Riparian Buffers

Almost every month there are variance requests before the Beaufort County Zoning Board of Appeals for waterfront buffer setbacks. It seems that many of the applicants do not understand the intent and importance of riparian buffers.

A riparian buffer is the land bordering waterways characterized by a cover of naturally occurring vegetation consisting of trees, shrubs, and native grasses.  The benefits include:

  • preventing erosion,
  • abating flood and storm damage,
  • providing wildlife habitat,
  • improving aesthetics of water corridors, which can increase property values, and
  • maintaining and improving water quality and overall health of the eco-system by filtering pollutants from runoff. According to the EPA, riparian buffers “act as natural filters of nonpoint source pollutants, including sediment, nutrients, pathogens, and metals to water bodies.”

Protecting our water quality is especially important when you consider that 222,080 of Beaufort County’s 590,720 acres are covered by water. In 1999, Beaufort County adopted the River Buffers and Natural Resource Protection in the Zoning and Development Standards Ordinance. The riparian buffer helps meet the values outlined in the comprehensive plan of preserving our natural systems, ensuring clean water and pursuing environmentally responsible development.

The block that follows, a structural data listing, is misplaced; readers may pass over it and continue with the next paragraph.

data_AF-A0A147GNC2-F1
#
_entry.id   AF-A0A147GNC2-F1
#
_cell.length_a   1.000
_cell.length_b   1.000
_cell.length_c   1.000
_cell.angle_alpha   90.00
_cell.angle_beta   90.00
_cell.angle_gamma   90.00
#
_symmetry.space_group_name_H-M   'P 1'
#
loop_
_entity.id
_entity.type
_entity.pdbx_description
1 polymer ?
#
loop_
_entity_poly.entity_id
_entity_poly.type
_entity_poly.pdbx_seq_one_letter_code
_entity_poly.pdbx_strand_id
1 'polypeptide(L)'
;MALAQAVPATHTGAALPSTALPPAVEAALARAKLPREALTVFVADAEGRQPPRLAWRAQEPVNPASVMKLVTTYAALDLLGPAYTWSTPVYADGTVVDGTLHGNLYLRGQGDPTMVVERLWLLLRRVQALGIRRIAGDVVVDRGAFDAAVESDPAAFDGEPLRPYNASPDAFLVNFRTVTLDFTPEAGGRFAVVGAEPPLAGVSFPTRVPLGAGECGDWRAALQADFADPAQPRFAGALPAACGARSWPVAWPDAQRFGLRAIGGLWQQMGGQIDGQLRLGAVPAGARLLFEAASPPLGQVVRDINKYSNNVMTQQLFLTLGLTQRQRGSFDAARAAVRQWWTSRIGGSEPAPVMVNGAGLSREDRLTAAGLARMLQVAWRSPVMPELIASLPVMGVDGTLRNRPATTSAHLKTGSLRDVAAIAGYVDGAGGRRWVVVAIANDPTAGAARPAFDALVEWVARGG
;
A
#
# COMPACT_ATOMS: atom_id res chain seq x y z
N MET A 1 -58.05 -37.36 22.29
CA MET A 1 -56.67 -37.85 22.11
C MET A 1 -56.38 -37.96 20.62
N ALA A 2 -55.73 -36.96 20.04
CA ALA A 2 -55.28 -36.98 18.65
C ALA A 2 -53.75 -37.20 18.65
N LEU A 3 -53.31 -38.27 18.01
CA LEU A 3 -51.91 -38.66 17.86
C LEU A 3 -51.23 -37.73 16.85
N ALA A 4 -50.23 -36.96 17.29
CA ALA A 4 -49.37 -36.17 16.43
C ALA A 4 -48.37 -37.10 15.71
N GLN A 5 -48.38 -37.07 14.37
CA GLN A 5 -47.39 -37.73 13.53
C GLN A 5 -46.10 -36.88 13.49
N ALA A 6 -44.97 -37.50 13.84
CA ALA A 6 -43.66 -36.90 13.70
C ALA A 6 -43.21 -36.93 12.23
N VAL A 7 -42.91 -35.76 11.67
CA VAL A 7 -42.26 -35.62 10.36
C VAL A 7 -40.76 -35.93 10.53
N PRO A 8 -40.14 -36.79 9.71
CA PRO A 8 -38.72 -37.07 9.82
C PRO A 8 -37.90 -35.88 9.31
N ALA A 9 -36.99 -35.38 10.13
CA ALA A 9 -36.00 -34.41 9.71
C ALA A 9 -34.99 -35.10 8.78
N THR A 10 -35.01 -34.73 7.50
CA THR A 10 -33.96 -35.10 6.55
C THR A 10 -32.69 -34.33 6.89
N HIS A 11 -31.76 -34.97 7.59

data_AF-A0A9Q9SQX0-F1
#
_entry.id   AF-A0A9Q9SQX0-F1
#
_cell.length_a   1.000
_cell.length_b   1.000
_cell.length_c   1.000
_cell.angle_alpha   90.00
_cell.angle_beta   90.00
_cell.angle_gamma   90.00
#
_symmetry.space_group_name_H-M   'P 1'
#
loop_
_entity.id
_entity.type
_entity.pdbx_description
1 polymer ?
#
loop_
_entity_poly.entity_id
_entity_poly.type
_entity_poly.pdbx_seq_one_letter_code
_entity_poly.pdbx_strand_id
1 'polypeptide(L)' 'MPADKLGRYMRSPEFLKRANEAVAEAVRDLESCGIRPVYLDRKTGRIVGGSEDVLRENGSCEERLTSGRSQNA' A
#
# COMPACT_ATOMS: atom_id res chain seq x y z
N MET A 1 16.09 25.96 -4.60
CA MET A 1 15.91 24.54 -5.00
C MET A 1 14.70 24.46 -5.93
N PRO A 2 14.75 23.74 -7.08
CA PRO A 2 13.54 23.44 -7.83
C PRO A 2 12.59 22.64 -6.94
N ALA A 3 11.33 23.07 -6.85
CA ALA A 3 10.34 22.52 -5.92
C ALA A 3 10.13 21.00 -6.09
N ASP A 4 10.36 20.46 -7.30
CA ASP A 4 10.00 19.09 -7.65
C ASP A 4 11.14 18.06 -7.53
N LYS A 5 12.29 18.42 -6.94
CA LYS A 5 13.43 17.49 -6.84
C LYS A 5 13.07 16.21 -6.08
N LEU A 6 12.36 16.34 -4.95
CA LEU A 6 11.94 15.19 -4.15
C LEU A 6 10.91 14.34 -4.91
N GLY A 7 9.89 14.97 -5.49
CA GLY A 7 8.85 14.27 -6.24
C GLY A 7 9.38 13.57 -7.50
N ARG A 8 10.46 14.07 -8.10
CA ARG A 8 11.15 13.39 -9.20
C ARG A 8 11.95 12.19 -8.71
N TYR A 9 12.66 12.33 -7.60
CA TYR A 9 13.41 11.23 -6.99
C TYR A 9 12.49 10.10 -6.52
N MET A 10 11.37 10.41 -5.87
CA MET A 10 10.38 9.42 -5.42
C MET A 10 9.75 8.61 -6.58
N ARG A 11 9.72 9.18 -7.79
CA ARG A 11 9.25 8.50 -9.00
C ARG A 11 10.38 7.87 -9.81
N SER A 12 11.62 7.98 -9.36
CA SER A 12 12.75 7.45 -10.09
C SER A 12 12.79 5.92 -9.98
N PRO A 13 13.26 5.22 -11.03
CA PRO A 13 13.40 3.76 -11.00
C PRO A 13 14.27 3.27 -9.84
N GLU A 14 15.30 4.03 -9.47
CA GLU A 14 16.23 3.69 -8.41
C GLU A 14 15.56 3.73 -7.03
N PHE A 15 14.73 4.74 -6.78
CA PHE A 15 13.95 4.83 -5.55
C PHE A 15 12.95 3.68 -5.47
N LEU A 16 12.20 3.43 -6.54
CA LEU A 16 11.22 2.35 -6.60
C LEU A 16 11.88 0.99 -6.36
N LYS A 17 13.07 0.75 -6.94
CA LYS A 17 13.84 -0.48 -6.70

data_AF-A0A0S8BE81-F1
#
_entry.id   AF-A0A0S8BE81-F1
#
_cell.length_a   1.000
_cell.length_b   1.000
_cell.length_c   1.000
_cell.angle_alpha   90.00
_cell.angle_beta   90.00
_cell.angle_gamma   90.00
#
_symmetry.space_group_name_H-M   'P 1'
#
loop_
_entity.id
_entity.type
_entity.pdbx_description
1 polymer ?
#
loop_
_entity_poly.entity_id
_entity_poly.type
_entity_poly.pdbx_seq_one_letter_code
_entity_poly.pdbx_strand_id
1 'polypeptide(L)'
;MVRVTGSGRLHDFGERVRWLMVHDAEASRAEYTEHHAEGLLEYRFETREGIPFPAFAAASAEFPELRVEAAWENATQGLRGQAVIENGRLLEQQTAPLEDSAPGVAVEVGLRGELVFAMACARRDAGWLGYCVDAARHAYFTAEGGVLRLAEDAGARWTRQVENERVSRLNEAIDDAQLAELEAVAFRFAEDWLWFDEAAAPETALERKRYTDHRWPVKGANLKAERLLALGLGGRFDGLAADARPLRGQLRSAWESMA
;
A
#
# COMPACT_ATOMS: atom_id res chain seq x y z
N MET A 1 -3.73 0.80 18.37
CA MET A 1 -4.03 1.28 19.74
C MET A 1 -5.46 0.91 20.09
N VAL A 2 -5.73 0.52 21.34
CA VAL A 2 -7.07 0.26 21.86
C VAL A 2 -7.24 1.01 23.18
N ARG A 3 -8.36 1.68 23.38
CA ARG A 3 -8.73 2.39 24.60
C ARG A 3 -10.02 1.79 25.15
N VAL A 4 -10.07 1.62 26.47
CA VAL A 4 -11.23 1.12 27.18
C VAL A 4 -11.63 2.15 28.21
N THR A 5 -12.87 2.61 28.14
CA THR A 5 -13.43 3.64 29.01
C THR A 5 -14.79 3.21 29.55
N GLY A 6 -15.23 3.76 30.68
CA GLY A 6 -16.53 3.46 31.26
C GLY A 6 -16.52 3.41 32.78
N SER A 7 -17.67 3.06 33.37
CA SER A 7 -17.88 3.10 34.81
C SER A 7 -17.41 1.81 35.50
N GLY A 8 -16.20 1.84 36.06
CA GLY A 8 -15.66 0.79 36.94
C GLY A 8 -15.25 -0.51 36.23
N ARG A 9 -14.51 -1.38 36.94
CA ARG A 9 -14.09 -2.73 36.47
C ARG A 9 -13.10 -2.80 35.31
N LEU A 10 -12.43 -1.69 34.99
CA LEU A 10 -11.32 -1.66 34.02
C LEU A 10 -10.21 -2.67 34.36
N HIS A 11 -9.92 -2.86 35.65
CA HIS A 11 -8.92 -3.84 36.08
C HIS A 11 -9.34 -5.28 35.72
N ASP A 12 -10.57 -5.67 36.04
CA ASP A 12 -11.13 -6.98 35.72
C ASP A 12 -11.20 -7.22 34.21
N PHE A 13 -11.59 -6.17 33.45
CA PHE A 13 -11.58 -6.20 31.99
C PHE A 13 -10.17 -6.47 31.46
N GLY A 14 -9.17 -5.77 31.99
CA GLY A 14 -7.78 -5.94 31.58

Best management practices for riparian lands according to South Carolina Department of Natural Resources include the following:

  • A minimum 50-100 foot riparian buffer should be established and maintained along both sides of the waterway.
  • The disturbance of the natural ground cover should be minimized and native vegetation should characterize the buffer. New native vegetation might need to be added to the buffer.
  • Lawn should be outside of the riparian buffer, at least 50 feet from the waterway.
  • New buildings should be located outside the 100-year floodplain and set back at least 100 feet from the waterway.
  • To protect the scenic quality in the river corridors, thinning in the riparian buffer should be limited to the lesser of either 75 feet or one third of the lot width.

Beaufort County and the municipalities within the county all have riparian buffer requirements that outline the minimum width of the buffer, vegetation requirements, and what is allowed in the buffer. The buffer is measured from the critical line established by the South Carolina Department of Ocean & Coastal Resource Management (OCRM). The requirements vary depending on the zoning district and can greatly impact the buildable area of a lot. Prior to buying waterfront property, it is recommended to have a surveyor, landscape architect or architect review the zoning requirements to determine the buildability of the site.